David Brailsford, the founder of Garrick watches tweeted he was in London on Friday afternoon and some free time if anybody wanted to meet and see some watches. I thought “why not ask?” the worst that can happen is he says “no”, luckily he said he had a free slot. I had the chance to meet another “pillar” of the British watch business.
Garrick launched at the Salon QP two years ago with their first watch, The Shaftbury, based on the venerable Unitas hand wound movement. Significantly worked on in Garrick’s Norfolk workshop.
Early last year The Shaftesbury was followed by the Hoxton, a pared down hours and minutes only version of the first watch. This autumn saw the announcement of the maritime inspired, Norfolk watch, as you can see from the photo below, I had the opportunity to try on.
The Norfolk is not a watch for wearers wanting to make a statement; it’s a watch for those of a more reserved nature, those who appreciate tone-down purity, who just want the essentials.
The watch that David was most keen on to discuss was the most recent addition to the Garrick range, the limited edition ( 15 pieces) Regulator, again seen on my wrist below. On sale for £6995, which for the amount of work that has gone into it would seem a bit of a bargain.
This watch features a calibre sm001 manual wind movement (modified Unitas with exclusive gear train with an in-house free sprung balance – tested and regulated to ensure a daily variance of +3 seconds which is significantly more accurate than required by C.O.S.C. . David tried to explain to me ( a layman) the complicated work needed for the three dials.
Personally, I find the regular dial a little less clear than the usual watch face. David assured me it just takes getting used to. There is though, no doubt, that this watch will get attention. It is probably a shame only fifteen will be made.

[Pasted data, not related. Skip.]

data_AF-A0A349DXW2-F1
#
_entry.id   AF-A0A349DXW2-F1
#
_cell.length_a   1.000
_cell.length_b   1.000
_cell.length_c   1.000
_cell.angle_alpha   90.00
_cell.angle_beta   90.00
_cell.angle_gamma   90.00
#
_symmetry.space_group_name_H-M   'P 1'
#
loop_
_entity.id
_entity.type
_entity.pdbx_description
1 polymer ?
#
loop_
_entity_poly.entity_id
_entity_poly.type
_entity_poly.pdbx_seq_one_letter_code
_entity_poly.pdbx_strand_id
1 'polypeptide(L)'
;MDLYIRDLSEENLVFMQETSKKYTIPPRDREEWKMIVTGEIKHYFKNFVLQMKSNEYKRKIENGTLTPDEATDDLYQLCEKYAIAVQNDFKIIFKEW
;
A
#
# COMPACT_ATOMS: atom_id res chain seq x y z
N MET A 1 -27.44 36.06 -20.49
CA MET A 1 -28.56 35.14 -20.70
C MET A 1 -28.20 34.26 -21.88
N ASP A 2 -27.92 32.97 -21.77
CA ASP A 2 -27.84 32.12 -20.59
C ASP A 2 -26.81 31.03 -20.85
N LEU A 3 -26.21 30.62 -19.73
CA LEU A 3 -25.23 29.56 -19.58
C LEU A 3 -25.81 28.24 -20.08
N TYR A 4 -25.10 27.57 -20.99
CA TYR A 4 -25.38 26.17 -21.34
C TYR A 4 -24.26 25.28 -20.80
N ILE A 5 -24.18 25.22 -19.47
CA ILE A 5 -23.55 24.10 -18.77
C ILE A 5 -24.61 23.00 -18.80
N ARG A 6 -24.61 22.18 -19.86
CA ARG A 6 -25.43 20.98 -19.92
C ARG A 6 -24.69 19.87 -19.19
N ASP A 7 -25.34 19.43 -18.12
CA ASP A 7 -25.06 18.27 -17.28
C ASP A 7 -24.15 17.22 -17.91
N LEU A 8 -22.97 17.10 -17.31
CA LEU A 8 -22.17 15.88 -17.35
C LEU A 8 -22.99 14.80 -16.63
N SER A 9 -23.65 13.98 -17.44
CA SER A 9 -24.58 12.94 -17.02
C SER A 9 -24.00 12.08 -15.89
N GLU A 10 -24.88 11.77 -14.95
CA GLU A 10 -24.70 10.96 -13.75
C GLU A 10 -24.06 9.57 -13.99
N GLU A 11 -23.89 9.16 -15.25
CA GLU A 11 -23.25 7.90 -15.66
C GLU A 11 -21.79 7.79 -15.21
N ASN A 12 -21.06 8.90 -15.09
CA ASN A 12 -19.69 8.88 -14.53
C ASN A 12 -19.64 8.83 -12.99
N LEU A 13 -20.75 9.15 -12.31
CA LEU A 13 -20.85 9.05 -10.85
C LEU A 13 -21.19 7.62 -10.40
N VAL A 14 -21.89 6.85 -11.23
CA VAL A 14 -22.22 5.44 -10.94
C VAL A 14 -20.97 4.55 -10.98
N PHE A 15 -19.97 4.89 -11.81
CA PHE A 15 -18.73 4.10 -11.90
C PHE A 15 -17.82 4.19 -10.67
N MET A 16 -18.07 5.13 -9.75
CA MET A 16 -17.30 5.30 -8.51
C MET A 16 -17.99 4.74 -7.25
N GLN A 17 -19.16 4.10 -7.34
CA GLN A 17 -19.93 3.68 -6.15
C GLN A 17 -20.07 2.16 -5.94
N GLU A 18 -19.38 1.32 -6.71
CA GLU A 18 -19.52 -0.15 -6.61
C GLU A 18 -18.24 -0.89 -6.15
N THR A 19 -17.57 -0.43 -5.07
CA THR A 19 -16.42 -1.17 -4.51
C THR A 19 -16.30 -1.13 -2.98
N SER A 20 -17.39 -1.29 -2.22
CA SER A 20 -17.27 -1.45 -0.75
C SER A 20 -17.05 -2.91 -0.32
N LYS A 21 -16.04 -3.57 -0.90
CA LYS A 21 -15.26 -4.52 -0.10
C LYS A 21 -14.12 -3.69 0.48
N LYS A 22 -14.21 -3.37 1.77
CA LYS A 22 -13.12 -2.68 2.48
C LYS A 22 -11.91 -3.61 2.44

The Shaftesbury and Hoxton will soon disappear from the range leaving the Norfolk , the limited edition Regulator and the soon too be announced Plymouth featuring an in-house movement. For this movement Garrick has been working closely with specialist movement designer Andreas Strehler and his highly regarded company UhrTeilAG on the creation of a new exclusive movement. Some of the movement components will be produced by UhrTeilAG exclusively for Garrick, whilst other components will be made in-house by Garrick’s own watchmakers in its Norfolk-based workshops.
The finishing, subsequent assembly and regulation of the new movement will take place in Norfolk.
From the outset, it has always been a stated aim of Garrick to be frank about the provenance of its movements and this continues to be the case. We have drawn upon the best of independent Swiss know-how where this has conferred an advantage to their customers but remained true to their original idea of adding as much value to our products in Great Britain, a nation they patriotically promote. David, like so many people I have met in the British watch business, is someone clearly very proud of what he is doing and with great dreams for the future of the Garrick brand.